Thomas Markle calls Prince Harry and his daughter Meghan 'lost souls'
LONDON - Thomas Markle, the estranged father of Meghan, Duchess of Sussex, appeared on a British television documentary Wednesday night and said Prince Harry and his daughter are "cheapening" the royal family to make money.
The interview made for uncomfortable watching, and it comes as Harry and Meghan surrender their Royal Highness titles and end their roles as "working senior royals," to seek "financial independence" in new lives split between Canada — where they are now — and Britain.
The hour-and-half-long documentary, "Thomas Markle: My Story," aired on Britain's Channel 5. It showcased Meghan's 75-year-old father venting about his daughter.
"I can't see her reaching out to me, especially now," Markle said. "I think both of them are turning into lost souls at this point."
He said, "I don't know what they're looking for. I don't think they know what they are looking for."
On camera, Markle says he was paid to tell his story to the Channel 5 broadcaster — and threatens to keep selling his story. "I'm going to defend myself and I'm going to be paid for it," he said. "I don't care. At this point they owe me. The royals owe me. Harry owes me. Meghan owes me. For what I've been through, I should be rewarded."
Markle was speaking of being tricked by paparazzi and being defamed as a "big fat slob" and an alcoholic. He suffered a heart attack from the stress, he says, and never heard from Meghan or Harry when he was in the hospital. Not a card, he says. No flowers.
In the documentary, Markle trashes his daughter while proclaiming his love. Many might find it must-see-but-sad TV, on a channel that features "Dogs Behaving (Very) Badly" and "Bad Girls Behind Bars."
Markle, a retired TV lighting director living in Mexico, imagines his own death. "The last time they might see me is being lowered into the ground," said Meghan's father, who has struggled with health problems.
He said Meghan long ago promised him she would look after him in his senior years. "I'm 75 years old," Markle said. "It's time to look after daddy."
The retiree said he lives off $5,600 a month, though he said he did receive $20,000 from Meghan. He said he paid for her university and apartment rentals when she was getting started.
Markle says he has been cast aside by the couple and the palace: "I don't think at this point they're thrilled to see me or want to talk to me."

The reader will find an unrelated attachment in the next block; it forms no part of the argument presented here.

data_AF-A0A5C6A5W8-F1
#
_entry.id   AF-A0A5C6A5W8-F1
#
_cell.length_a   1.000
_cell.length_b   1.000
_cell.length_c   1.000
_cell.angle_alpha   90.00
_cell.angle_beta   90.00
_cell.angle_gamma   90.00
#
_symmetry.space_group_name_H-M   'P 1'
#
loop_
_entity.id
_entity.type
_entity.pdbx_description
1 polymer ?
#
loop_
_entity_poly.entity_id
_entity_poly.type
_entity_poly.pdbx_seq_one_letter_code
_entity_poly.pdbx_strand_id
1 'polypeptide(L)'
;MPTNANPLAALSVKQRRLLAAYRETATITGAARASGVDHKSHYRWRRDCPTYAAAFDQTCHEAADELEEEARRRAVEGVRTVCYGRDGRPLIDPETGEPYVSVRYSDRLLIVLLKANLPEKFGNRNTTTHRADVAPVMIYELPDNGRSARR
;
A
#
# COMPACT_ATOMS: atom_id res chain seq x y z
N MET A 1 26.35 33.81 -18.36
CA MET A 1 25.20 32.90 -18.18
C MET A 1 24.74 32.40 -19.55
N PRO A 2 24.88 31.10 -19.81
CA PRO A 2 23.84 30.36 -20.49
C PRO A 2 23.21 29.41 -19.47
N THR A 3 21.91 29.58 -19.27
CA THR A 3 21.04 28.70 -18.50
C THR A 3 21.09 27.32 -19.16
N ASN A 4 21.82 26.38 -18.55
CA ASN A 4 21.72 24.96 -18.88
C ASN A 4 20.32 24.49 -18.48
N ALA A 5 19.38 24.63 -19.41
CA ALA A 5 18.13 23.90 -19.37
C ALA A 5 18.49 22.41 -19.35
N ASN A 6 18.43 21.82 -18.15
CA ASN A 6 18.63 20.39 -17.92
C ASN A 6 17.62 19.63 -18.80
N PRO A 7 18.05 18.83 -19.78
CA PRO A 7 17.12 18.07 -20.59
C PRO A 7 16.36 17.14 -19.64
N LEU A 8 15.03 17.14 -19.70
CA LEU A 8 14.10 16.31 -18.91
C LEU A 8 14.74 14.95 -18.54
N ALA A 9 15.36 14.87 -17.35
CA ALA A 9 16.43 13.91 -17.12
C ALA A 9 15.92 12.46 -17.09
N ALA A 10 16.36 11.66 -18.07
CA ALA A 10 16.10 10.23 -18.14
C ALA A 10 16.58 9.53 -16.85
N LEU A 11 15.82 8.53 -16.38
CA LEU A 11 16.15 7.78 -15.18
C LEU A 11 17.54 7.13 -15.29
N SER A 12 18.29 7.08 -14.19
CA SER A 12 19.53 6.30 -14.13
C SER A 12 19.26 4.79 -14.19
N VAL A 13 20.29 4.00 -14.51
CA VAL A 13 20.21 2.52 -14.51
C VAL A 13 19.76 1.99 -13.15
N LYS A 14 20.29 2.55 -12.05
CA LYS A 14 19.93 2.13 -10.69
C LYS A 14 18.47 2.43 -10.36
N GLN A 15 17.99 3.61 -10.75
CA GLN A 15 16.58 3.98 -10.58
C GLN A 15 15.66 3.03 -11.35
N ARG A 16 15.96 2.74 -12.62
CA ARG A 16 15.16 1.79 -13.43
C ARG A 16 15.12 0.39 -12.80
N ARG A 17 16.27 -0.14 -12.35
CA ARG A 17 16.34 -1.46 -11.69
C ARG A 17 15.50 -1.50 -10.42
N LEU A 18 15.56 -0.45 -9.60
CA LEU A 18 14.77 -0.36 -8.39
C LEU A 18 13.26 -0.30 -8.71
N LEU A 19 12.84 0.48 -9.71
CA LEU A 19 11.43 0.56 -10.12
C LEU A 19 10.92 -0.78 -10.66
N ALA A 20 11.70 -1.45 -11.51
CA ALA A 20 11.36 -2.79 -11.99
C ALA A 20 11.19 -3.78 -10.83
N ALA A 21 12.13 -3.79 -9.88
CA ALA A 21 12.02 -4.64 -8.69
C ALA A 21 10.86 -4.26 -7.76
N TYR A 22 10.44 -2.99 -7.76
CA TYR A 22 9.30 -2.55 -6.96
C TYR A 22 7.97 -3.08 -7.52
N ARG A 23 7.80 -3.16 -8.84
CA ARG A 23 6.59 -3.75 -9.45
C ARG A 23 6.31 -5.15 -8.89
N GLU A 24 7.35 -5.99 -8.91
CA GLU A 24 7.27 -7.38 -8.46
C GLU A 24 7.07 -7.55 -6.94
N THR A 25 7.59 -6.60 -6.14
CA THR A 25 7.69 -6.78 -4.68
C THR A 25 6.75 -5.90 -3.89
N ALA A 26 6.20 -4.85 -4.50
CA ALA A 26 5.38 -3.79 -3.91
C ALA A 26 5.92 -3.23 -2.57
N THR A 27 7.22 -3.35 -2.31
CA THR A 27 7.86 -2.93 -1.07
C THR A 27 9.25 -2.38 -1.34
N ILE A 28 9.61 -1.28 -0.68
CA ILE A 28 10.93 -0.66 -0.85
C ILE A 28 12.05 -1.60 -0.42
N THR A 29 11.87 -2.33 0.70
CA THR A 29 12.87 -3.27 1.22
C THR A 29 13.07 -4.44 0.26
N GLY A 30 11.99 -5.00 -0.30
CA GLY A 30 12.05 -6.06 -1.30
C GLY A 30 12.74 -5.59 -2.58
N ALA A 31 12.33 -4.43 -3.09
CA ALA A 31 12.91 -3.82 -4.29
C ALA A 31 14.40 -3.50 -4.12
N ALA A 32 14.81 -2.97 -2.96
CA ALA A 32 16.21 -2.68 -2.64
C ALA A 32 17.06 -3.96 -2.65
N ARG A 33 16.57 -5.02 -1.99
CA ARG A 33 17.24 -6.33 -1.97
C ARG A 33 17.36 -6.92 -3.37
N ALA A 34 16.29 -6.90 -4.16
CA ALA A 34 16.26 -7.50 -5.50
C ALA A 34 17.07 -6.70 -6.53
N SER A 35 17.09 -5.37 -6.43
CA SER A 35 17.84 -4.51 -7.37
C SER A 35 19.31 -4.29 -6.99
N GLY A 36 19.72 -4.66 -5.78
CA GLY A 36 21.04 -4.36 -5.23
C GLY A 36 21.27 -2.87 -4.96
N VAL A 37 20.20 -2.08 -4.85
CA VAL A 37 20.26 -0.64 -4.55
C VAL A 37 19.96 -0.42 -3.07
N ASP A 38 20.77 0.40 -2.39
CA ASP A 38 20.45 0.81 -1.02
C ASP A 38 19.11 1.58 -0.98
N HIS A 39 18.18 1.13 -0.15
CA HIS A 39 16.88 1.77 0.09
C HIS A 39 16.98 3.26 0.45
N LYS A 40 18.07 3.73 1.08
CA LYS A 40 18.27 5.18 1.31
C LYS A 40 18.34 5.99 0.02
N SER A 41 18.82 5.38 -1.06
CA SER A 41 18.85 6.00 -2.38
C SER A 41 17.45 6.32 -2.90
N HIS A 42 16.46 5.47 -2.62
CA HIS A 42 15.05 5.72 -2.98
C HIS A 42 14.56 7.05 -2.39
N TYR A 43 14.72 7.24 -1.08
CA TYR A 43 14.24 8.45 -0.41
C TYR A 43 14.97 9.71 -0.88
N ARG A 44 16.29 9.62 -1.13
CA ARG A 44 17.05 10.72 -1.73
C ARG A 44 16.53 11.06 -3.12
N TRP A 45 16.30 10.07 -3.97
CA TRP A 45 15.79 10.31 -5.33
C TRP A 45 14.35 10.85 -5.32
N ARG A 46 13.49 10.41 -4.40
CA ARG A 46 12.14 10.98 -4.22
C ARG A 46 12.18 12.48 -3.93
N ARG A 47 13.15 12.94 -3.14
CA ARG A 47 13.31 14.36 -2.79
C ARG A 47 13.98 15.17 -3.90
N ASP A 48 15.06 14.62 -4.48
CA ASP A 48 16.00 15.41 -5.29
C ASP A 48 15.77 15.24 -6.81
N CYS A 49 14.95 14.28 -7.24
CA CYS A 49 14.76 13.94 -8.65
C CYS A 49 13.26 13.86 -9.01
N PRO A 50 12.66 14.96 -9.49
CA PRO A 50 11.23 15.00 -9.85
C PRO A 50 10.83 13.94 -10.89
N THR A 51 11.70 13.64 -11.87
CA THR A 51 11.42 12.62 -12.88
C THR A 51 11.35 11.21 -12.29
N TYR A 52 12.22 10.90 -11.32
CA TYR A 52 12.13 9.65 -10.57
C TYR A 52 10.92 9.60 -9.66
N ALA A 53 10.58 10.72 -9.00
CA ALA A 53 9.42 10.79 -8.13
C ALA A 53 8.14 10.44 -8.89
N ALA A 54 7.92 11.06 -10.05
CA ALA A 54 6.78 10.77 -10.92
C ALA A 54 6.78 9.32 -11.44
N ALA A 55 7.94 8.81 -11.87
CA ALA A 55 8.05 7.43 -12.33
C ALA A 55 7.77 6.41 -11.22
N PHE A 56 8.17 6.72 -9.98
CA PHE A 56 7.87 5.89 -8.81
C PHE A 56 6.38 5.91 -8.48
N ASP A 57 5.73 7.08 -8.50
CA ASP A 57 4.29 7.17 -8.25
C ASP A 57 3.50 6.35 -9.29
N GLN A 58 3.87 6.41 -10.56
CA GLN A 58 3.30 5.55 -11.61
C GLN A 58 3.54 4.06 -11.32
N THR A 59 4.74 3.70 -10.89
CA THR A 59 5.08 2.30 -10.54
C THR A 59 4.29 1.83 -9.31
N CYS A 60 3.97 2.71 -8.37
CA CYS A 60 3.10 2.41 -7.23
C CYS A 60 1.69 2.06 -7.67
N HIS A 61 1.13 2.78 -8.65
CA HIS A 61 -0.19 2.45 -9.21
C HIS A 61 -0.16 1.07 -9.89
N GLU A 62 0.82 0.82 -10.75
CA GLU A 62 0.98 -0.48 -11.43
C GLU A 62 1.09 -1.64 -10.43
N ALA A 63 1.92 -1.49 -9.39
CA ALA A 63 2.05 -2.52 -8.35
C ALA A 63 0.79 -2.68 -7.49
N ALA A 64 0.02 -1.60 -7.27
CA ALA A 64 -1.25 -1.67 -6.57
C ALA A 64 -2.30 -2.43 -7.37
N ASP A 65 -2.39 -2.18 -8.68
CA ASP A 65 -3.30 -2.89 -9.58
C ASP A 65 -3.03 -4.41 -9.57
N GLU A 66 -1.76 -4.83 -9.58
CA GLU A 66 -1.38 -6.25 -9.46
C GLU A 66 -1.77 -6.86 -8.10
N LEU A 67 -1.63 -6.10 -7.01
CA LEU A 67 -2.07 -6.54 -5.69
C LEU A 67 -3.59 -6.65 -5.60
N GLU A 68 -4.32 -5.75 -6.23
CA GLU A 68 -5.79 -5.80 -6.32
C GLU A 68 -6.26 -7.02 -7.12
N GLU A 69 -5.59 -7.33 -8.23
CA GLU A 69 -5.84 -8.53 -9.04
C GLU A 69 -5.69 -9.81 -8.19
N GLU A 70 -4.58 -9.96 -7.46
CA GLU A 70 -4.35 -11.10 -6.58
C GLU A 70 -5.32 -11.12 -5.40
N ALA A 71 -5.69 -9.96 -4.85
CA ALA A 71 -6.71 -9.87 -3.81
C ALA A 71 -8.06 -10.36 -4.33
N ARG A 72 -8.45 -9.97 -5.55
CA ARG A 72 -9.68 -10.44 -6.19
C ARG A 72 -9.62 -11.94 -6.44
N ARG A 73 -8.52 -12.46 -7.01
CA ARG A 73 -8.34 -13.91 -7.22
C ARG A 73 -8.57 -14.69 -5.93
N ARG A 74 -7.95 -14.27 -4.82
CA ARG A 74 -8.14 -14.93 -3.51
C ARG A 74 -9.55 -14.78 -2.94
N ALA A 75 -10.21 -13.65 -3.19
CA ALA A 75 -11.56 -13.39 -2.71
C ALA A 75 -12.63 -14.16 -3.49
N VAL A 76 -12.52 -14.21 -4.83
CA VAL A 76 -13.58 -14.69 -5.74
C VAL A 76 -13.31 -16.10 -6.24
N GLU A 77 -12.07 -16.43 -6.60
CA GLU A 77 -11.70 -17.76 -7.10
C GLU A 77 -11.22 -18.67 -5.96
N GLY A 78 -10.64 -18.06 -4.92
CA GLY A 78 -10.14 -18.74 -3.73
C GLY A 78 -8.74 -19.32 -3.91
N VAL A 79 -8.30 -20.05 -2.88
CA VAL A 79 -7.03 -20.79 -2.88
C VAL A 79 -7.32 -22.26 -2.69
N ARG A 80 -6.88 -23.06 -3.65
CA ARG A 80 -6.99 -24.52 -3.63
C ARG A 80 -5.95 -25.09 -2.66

He confesses that he sold photos of himself to the paparazzi before his daughter's wedding — and is still making money off the images. "Absolutely. Because those pictures will sell forever," he told the broadcaster. He posed for the photographs to better control his image, Markle said.
For many, Markle plays the villain. Others think he has been treated shabbily.
He is, for sure, the dad who won't shut up — despite Meghan's pleas. In a letter leaked to the British tabloids last year, Meghan begged her father to stop talking to the press, saying, "your actions have broken my heart into a million pieces."
The Duchess of Sussex is now suing The Mail on Sunday for publishing the letter. The Mail has responded in court that Meghan assumed her letter would be widely distributed and that her personal life, as a senior royal, was newsworthy.
In the days before his daughter's wedding, which garnered an estimated 1.9 billion viewers, Markle played an offstage but dramatic role, saying he both wanted to come to the celebration and was either too sick to travel to England or not really wanted.
In the end, only Meghan's mother, Doria Ragland, attended. Meghan walked solo partway down the aisle before being accompanied by Harry's father, Prince Charles.
In his remarks, Markle suggests that his daughter has thrown a good thing away.
"Every young girl wants to become a princess, and she got that, and now . . . it looks like she's tossing that away for money," he told Channel 5.
Yet Meghan isn't a young girl. She's a 38-year-old, previously divorced, successful American actress, with a new husband and an 8-month-old son.
Her husband is worth an estimated $30 million, inherited from his mother, Princess Diana, and his great-grandmother, the queen mother. Meghan is thought to have made $6 million from her years on the television show "Suits."
What they could earn as financially independent global "influencers" is unknown. Although they will no longer be working royals, they will be expected to conduct themselves in a way that doesn't reflect badly on the royal family.
On the Channel 5 broadcast, Markle refers to the $3 million home renovation done at taxpayer expense for the couple's home in England, Frogmore Cottage, a five-bedroom historic mansion near Windsor Castle.
"Apparently $3 million and a 26-bedroom home isn't enough for them. It's kind of embarrassing to me," said Markle, confusing the number of bedrooms at Kensington Palace, Harry and Meghan's former abode.
In a promotional clip before the show was aired, Markle complained that Harry and Meghan were turning the royal family into "a Walmart with a crown on it."
In remarks before a private audience Sunday night, but promoted on the couple's new SussexRoyal social media sites, Harry said the couple were "taking a leap of faith" in stepping away from their duties as senior royals, but added, "There really was no other option."
Harry said that away from the palace and their royal lives, the couple hoped for "a more peaceful life."
The 35-year-old prince called the news media "a powerful force" that needs to be countered and suggested that intrusions by the press were one of the reasons they chose to quit their royal roles and go to Canada.
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